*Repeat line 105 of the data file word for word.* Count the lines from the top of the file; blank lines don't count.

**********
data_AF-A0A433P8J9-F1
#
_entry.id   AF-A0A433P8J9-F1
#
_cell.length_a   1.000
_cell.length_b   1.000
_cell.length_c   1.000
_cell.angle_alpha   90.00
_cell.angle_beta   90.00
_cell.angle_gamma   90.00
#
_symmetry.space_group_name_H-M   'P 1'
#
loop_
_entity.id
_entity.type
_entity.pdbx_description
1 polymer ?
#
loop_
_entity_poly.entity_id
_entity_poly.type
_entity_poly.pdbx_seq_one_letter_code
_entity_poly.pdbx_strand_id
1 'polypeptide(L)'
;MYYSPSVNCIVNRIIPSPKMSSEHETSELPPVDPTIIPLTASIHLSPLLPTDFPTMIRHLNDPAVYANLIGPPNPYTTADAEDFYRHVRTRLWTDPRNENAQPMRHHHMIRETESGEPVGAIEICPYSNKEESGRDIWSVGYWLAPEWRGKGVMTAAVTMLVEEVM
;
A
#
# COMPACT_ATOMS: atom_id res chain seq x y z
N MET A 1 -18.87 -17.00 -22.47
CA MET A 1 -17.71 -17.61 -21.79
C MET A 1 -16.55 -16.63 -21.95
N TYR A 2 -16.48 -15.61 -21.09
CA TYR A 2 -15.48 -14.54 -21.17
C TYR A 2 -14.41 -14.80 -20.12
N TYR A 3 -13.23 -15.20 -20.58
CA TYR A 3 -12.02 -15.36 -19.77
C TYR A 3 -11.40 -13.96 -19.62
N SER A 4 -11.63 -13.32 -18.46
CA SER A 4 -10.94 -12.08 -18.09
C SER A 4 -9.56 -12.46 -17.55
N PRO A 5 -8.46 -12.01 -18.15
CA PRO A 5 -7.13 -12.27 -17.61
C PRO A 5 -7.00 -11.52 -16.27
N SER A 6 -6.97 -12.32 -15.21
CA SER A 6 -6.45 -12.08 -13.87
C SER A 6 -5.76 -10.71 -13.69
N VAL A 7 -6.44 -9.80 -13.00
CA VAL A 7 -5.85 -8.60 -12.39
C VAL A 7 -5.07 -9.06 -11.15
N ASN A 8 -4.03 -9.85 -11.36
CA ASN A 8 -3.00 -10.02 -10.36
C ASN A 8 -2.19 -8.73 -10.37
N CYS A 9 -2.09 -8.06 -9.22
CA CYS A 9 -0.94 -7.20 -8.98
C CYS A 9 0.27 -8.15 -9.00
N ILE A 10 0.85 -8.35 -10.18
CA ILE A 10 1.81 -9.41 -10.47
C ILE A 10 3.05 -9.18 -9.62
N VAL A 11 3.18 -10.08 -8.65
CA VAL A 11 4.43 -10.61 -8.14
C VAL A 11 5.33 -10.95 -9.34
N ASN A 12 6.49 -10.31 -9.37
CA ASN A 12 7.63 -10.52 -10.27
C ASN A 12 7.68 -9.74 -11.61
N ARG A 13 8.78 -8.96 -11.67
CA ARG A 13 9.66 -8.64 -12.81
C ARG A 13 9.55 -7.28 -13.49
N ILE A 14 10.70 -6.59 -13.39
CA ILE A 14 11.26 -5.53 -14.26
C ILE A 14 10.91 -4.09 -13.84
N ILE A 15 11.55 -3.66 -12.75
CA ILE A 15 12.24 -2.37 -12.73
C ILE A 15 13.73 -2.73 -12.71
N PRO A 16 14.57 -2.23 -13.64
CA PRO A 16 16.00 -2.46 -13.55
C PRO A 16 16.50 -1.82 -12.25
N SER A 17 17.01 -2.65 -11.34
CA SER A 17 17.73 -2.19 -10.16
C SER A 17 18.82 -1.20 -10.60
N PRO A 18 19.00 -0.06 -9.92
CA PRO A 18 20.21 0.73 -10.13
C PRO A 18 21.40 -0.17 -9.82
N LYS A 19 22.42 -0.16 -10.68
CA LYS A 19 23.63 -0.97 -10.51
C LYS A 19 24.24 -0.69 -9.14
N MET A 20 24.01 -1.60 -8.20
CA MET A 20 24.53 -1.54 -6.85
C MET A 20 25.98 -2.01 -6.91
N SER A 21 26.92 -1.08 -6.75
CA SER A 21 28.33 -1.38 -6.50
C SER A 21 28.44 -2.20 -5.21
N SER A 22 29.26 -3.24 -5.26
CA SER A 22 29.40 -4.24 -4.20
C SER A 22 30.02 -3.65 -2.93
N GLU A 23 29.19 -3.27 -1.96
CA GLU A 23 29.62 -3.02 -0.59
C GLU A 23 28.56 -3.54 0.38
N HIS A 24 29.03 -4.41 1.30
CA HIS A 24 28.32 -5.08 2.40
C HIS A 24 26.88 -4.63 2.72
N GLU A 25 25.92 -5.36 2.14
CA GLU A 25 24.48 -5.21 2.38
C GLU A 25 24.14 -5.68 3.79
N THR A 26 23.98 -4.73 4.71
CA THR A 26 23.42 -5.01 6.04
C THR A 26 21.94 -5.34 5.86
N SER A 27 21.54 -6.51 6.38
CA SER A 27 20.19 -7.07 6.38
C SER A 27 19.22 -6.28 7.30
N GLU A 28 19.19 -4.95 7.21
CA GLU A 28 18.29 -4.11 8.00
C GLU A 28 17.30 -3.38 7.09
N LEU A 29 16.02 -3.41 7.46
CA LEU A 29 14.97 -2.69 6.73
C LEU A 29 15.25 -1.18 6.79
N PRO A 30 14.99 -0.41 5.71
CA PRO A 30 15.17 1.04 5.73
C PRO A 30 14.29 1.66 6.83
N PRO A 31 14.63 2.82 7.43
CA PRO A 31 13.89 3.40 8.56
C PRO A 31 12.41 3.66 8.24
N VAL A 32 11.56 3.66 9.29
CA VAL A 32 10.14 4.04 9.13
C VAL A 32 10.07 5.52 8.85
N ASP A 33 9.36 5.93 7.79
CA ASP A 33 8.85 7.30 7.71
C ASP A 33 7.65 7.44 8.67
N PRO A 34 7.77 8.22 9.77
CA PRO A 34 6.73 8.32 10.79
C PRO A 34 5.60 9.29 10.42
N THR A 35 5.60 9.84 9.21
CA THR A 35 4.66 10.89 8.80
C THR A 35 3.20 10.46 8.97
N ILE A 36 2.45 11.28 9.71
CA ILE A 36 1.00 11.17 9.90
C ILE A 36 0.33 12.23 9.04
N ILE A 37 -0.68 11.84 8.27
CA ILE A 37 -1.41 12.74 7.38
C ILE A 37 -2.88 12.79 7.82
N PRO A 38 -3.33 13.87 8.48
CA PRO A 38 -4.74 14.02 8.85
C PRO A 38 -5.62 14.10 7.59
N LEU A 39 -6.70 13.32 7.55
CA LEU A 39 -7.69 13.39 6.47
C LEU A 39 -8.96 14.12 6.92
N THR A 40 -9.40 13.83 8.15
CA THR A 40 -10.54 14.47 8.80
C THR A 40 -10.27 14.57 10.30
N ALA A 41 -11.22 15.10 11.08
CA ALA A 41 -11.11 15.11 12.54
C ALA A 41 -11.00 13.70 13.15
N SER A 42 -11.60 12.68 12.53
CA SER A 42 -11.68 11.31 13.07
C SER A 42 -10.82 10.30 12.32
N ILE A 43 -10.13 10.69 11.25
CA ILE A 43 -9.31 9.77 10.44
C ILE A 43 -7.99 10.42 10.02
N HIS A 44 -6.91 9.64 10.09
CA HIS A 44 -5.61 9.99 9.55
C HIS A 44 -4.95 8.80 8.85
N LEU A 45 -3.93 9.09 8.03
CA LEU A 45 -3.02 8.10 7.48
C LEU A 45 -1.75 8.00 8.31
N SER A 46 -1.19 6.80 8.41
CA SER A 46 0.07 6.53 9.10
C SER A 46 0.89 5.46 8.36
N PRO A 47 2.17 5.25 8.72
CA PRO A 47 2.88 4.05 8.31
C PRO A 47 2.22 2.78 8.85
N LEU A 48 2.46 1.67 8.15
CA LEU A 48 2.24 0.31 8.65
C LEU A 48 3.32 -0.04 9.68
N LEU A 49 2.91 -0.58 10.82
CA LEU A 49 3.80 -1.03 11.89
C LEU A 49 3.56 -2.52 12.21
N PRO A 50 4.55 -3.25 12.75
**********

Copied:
C GLU A 25 24.14 -5.68 3.79